To some extent, Michael Keaton and Edward Norton are playing extreme versions of themselves, or at least the public’s’ image of themselves. Keaton is a bit of a has-been (this movie might change that,) mostly remembered for the title role in “Batman,” playing the character that Christian Bale is now famous for. Norton is known as a bit of a prima donna who micromanages the film he’s performing in’s dialogue, and while hopefully he’s not as much of a major arsehole as his character is, it can’t be an accident that Mike pompously tries to dissect the script at the expense of Riggan’s vision.

“Birdman” has a great ensemble cast which also includes Merritt Wever and Zach Galfianakis (God only knows how to pronounce that man’s name,) as Riggan’s passive and deceitful lawyer. Overall it is a darkly funny yet sad and bleak commentary on entertainment Vs. art, pretension, and the nightmare who to some is family.  However, director Alejandro González Iñárritu‘s 2006 film “Babel” is the much better movie and I think it should have gotten far more attention than it did, the whole thing (especially the plot thread about the deaf Japanese girl) was incredible. “Birdman” was, admittedly, the less compelling work.

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Gypsy (1993)

The first part of this film, led by a manic Bette Midler, plays like “Toddlers & Tiaras” for the Great Depression era. Mama Rose (Midler) spends so much time immersing her daughters in showbiz and sick infantilism, insisting on making them wear little girl’s clothes well into puberty, that she forgets what is best for her girls altogether.

Though not as dark a musical as Tim Burton’s “Sweeney Todd” or Lars Von Trier’s “Dancer in the Dark,” “Gypsy” emanates a diseased kind of wistfulness, marked by broken dreams and shattered egos. Meanwhile Bette Midler plays Mama Rose as if it was her last performance on earth, but backed up by the stagy sets and old-timey attitude, her performance is actually a strength, not a deterrent.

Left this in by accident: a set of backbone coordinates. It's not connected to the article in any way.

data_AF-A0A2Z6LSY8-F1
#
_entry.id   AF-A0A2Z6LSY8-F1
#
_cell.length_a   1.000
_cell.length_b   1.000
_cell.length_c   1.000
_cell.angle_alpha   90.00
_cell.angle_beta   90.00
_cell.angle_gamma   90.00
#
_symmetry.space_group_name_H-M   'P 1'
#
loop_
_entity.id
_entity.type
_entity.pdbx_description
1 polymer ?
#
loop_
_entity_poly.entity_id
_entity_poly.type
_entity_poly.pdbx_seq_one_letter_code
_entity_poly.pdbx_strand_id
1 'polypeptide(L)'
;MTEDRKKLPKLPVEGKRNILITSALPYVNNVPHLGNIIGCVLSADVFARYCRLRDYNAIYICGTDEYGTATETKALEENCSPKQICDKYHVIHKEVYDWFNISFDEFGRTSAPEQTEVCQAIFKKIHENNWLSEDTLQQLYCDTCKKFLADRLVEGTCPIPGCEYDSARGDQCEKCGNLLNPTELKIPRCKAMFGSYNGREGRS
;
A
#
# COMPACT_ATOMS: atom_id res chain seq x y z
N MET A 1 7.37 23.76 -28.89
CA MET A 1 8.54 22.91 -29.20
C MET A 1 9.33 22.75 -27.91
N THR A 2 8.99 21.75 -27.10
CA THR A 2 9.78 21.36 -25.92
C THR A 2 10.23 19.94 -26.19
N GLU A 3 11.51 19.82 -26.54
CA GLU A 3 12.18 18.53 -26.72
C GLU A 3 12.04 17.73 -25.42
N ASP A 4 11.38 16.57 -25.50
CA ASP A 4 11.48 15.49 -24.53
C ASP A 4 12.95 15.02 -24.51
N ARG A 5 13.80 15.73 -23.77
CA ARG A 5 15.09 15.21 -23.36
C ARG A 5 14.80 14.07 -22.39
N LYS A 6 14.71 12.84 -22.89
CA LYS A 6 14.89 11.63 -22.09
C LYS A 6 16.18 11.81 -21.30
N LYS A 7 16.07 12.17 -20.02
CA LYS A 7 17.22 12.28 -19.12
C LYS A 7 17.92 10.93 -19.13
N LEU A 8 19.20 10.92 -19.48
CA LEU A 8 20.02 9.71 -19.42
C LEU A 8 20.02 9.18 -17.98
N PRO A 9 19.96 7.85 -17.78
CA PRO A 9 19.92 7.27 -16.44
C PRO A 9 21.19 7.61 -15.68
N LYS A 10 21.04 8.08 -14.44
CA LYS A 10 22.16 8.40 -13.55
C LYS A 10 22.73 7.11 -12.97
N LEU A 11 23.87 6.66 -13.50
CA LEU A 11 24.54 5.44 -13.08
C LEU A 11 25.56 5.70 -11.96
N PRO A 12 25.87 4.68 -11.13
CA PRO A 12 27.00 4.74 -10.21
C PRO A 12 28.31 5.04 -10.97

Rose’s daughters, Louise and June (Cynthia Gibb and Jennifer Rae Beck), are as different as different can be, but remain close, their bonds strengthened by having survived their mother. Louise, gawky and shy, is innocent and soft spoken, while June, the “‘star” of mama’s show, is more political and assertive.

Mama Rose is both outrageously self-centered and ridiculously narcissistic, guided not so much by dreams as delusions. She ruins her daughters’ lives and later expects them to thank her for it. But it’s hard not to pity her as she struggles to find success in a world that doesn’t hand out fame easily.

Into this disastrous dynamic strolls Herbie (Peter Riegert), an agent who attempts to help Mama Rose on her way to success in exchange for her hand in marriage. But it seems that Mama can not be held down, and even Herbie may soon grow sick of her games.

There are some overtones in this film which could be considered an allegory for loss of innocence in the entertainment industry. The acting is good but not amazing, but the story and the music are the real reasons to watch this. The plot itself is based on a memoir by Gypsy Rose Lee (AKA Louise) who found fame at long last at the price of her innocence. Overall the movie is worth watching as a very good musical, with Bette Midler running the show as crazy Mama Rose. Recommended.